TWN Info Service on Finance and Development (Oct08/04)
22 October 2008
Third World Network

Finance: UN calls for a central role in finance crisis summit
Published in SUNS #6572 dated 21 October 2008

Geneva, 19 Oct (Martin Khor) -- A summit meeting to discuss the world financial crisis and a possible re-shaping of the global financial system has been agreed to by leaders of the Group of 8. But the participation of developing countries and of the multilateral United Nations system appears to be sidelined so far.

UN leaders including its Secretary General Ban Ki-Moon and UNCTAD Secretary General Supachai Panitchpakdi have responded by calling for a central role for the organization in global talks on international financial reform.

Last weekend, a meeting of US President George W Bush, the French President Nicolas Sarkozy (the present President of the EU) and European Commission President Jose Manuel Barroso at Camp David in the US agreed that a series of summits would be held.

According to their statement after the meeting: "The three leaders had a very positive discussion about the continued coordination of steps needed to solve the crisis in today's global economy. They agreed they would reach out to other world leaders next week with the idea of beginning a series of summits on addressing the challenges facing the global economy.

"World leaders will be consulted about the idea of a first summit of heads of government to be held in the US soon after the US elections, in order to review progress being made to address the current crisis and to seek agreement on principles of reform needed to avoid a repetition and assure global prosperity in the future. Later summits would be designed to implement agreement on specific steps to be taken to meet those principles."

Barroso told the media that the first summit would be ''to discuss the current financial crisis and also to set forth principles that would guide the future follow-on''. Of course, by then participants ''would be interested in the views and the input of whoever the president-elect is'', he said.

Details of the summit are unclear, including the venue, dates and most importantly, who will host it and which countries and institutions will be invited. The summit plan had been first discussed by G8 leaders during the IMF-World Bank meetings a week ago. The UK premier Gordon Brown and Sarkozy have been prominent in advocating the summit.

So far, the United Nations and the developing countries as a whole have been left out of the discussions on the summit.

This is ironic because in the preparations for the UN Monterrey Review Conference on financing for development in Doha later this year, the developing countries had been advocating that the UN convene another Bretton Woods-style summit to discuss reforms to the world financial system. And this proposal had received at best only lukewarm response from the developed countries.

The UN is now requesting that it be allowed to play what should be its central role. UN Secretary General Ban Ki-Moon last weekend offered to host the finance summit in the UN headquarters in New York in early December.

''I strongly believe that holding the summit at the United Nations, the symbol of multilateralism, will lend universal legitimacy to this endeavour and demonstrate a collective will to face this serious global challenge," he said.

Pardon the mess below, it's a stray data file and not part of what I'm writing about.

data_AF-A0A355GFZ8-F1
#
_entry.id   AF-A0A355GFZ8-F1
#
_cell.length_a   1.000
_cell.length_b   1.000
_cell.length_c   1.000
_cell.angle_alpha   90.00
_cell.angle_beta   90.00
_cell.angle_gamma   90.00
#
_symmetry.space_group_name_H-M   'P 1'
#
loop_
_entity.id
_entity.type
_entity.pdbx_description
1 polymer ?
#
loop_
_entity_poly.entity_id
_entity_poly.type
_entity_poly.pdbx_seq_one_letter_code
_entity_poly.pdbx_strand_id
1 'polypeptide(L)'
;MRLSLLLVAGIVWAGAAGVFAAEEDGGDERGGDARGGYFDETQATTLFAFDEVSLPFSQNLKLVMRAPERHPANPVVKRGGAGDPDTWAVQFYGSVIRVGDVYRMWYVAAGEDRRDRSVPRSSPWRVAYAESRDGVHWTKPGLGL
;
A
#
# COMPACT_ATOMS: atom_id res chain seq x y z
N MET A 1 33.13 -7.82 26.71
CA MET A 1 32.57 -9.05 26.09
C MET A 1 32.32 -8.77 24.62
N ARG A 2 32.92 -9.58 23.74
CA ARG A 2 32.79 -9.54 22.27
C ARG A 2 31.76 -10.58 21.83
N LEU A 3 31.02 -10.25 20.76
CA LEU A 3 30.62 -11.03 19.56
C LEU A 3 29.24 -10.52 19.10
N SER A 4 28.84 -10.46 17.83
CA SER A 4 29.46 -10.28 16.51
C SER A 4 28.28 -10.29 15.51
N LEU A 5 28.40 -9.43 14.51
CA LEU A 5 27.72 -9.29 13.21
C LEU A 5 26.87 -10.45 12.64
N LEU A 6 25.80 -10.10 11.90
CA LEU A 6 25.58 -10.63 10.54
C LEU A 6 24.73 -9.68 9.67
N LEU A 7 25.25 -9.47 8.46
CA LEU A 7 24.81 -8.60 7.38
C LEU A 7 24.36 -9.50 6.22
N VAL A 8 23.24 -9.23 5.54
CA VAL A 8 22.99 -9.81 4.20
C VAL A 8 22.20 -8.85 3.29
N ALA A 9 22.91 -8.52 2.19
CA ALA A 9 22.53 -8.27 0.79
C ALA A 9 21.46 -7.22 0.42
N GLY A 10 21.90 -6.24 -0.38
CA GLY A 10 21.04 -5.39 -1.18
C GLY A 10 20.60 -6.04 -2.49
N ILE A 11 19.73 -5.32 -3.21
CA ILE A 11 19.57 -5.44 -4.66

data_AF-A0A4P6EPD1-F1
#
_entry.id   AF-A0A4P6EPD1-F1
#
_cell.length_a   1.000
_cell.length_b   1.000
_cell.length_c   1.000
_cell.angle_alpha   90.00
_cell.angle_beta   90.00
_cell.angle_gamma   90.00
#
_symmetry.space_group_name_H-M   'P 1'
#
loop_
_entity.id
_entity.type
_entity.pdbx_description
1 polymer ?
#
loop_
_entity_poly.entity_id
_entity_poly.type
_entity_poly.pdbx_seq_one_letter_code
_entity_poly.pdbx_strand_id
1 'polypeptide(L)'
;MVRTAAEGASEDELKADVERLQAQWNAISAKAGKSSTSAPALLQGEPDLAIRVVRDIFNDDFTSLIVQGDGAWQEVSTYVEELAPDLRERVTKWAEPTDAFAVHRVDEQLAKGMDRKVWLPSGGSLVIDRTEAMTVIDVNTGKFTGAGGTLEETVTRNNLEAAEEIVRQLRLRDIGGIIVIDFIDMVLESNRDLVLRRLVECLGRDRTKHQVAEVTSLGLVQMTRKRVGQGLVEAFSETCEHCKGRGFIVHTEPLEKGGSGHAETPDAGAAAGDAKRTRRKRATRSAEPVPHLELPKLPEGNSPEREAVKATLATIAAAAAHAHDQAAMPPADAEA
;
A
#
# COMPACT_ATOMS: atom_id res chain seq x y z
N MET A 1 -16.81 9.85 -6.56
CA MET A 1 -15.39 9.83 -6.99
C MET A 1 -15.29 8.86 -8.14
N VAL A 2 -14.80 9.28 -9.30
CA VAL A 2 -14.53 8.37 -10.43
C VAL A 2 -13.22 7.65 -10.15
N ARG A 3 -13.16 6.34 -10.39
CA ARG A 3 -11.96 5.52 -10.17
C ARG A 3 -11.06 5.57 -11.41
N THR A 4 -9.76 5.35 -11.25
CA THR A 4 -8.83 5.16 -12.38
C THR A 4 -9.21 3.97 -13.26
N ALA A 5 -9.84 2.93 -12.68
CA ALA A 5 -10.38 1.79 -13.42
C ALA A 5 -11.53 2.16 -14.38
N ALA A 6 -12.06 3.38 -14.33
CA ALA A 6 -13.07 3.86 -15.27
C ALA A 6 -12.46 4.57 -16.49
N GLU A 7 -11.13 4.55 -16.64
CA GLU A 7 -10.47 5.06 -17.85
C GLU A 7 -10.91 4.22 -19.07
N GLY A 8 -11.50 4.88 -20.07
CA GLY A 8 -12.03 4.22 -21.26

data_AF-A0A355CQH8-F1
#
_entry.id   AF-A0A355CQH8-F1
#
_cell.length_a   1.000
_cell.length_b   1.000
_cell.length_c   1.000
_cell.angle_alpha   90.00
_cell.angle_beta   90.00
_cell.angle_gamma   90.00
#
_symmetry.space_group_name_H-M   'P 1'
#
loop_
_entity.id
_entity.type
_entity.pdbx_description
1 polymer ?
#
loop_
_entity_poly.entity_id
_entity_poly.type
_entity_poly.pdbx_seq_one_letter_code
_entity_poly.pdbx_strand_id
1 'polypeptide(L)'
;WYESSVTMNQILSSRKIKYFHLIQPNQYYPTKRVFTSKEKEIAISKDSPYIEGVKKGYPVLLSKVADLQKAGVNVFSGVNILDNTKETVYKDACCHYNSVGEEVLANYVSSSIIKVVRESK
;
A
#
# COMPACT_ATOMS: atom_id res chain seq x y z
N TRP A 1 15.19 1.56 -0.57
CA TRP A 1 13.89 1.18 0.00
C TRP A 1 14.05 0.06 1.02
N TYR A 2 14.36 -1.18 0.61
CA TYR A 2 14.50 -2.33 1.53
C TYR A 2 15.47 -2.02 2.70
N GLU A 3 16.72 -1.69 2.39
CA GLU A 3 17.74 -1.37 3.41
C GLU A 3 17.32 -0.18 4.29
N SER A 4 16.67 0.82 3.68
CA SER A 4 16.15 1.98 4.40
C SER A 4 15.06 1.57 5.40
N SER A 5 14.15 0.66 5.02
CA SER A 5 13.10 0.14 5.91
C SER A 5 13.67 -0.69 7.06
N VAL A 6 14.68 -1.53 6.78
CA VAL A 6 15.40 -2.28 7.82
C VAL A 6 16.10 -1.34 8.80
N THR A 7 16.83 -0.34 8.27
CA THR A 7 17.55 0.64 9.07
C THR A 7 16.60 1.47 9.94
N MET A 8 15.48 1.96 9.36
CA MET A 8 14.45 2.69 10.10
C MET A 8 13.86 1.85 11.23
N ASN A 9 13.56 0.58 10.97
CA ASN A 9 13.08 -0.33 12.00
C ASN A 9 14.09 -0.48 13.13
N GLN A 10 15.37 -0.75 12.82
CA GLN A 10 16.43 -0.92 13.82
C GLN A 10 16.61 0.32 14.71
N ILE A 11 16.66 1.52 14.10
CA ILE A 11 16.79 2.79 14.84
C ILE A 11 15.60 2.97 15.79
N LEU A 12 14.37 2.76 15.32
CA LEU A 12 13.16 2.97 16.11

''We must act together to ensure, above all, that the negative impact of the financial crisis on the world's economies not undermine the major UN efforts to achieve the Millennium Development Goals, fight against the effects of climate change and address the food crisis.''

In Geneva, UNCTAD Secretary General Supachai Panitchpakdi said the UN and a wider variety of countries should play a significant role as the international financial system is reshaped to cope with spreading turmoil and a looming worldwide recession.

Supachai was speaking at the end of last week at UNCTAD's monthly consultation with the president of the Trade and Development Board (TDB), in which member states took part.

The consultation turned into a discussion of the financial crisis. UNCTAD officials warned that the likely impacts of the crisis on the world's poor nations are not receiving sufficient attention as global economic giants deal day-to-day with the tumult.

TDB President, Ambassador Debapriya Bhattacharya of Bangladesh, said the crisis "is complex and interrelated, it has yet to fully unfold, and the impacts are not yet completely clear." He warned that there will be impacts on the trade, the currencies, and the investment prospects of the developing countries.

Supachai expressed concern for the "innocent bystanders" and said that the impact on developing countries will be much deeper than was anticipated. "The real sectors of their economies are beginning to suffer, and this is only the beginning."

He warned about the effects of volatile exchange-rate movements affecting some developing countries. "Trade will suffer, and the commodities boom that has helped developing countries for a number of years now is ending." Supachai remarked that four issues need to be addressed:

-- Global liquidity is being "sucked away" as banks in industrialized nations are bolstered by huge government infusions of funds, leaving the question of whether any cash will be left for credit and development aid needed for efforts such as achieving the Millennium Development Goals, enhancing productive capacities in poor countries, and coping with such problems there as climate change.